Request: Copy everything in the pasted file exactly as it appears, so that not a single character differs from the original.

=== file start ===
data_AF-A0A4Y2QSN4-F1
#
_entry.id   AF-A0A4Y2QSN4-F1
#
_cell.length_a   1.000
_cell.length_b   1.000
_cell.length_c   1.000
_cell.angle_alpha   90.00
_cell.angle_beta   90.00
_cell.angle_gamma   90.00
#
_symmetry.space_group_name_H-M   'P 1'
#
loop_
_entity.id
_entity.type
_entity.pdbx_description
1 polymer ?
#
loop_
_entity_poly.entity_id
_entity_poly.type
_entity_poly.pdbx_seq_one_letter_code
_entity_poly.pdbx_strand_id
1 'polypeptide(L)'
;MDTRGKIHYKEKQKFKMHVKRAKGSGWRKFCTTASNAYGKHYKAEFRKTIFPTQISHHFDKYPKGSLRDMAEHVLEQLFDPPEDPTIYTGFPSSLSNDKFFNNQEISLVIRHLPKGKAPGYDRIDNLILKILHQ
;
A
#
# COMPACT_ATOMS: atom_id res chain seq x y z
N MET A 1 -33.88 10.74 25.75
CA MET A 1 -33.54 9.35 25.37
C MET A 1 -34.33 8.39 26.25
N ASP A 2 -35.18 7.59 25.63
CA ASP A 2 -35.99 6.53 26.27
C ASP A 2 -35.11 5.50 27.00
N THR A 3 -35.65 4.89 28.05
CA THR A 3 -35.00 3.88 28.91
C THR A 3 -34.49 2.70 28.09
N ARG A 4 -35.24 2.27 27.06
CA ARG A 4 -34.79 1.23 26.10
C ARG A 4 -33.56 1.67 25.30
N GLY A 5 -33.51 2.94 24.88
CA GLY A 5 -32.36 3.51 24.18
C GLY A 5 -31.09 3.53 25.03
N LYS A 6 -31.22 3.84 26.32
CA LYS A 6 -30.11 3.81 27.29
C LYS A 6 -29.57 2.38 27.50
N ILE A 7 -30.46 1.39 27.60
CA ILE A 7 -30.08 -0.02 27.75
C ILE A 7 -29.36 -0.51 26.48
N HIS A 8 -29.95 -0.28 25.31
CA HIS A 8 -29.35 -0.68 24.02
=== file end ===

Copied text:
data_AF-A0A4Y2QSN4-F1
#
_entry.id   AF-A0A4Y2QSN4-F1
#
_cell.length_a   1.000
_cell.length_b   1.000
_cell.length_c   1.000
_cell.angle_alpha   90.00
_cell.angle_beta   90.00
_cell.angle_gamma   90.00
#
_symmetry.space_group_name_H-M   'P 1'
#
loop_
_entity.id
_entity.type
_entity.pdbx_description
1 polymer ?
#
loop_
_entity_poly.entity_id
_entity_poly.type
_entity_poly.pdbx_seq_one_letter_code
_entity_poly.pdbx_strand_id
1 'polypeptide(L)'
;MDTRGKIHYKEKQKFKMHVKRAKGSGWRKFCTTASNAYGKHYKAEFRKTIFPTQISHHFDKYPKGSLRDMAEHVLEQLFDPPEDPTIYTGFPSSLSNDKFFNNQEISLVIRHLPKGKAPGYDRIDNLILKILHQ
;
A
#
# COMPACT_ATOMS: atom_id res chain seq x y z
N MET A 1 -33.88 10.74 25.75
CA MET A 1 -33.54 9.35 25.37
C MET A 1 -34.33 8.39 26.25
N ASP A 2 -35.18 7.59 25.63
CA ASP A 2 -35.99 6.53 26.27
C ASP A 2 -35.11 5.50 27.00
N THR A 3 -35.65 4.89 28.05
CA THR A 3 -35.00 3.88 28.91
C THR A 3 -34.49 2.70 28.09
N ARG A 4 -35.24 2.27 27.06
CA ARG A 4 -34.79 1.23 26.10
C ARG A 4 -33.56 1.67 25.30
N GLY A 5 -33.51 2.94 24.88
CA GLY A 5 -32.36 3.51 24.18
C GLY A 5 -31.09 3.53 25.03
N LYS A 6 -31.22 3.84 26.32
CA LYS A 6 -30.11 3.81 27.29
C LYS A 6 -29.57 2.38 27.50
N ILE A 7 -30.46 1.39 27.60
CA ILE A 7 -30.08 -0.02 27.75
C ILE A 7 -29.36 -0.51 26.48
N HIS A 8 -29.95 -0.28 25.31
CA HIS A 8 -29.35 -0.68 24.02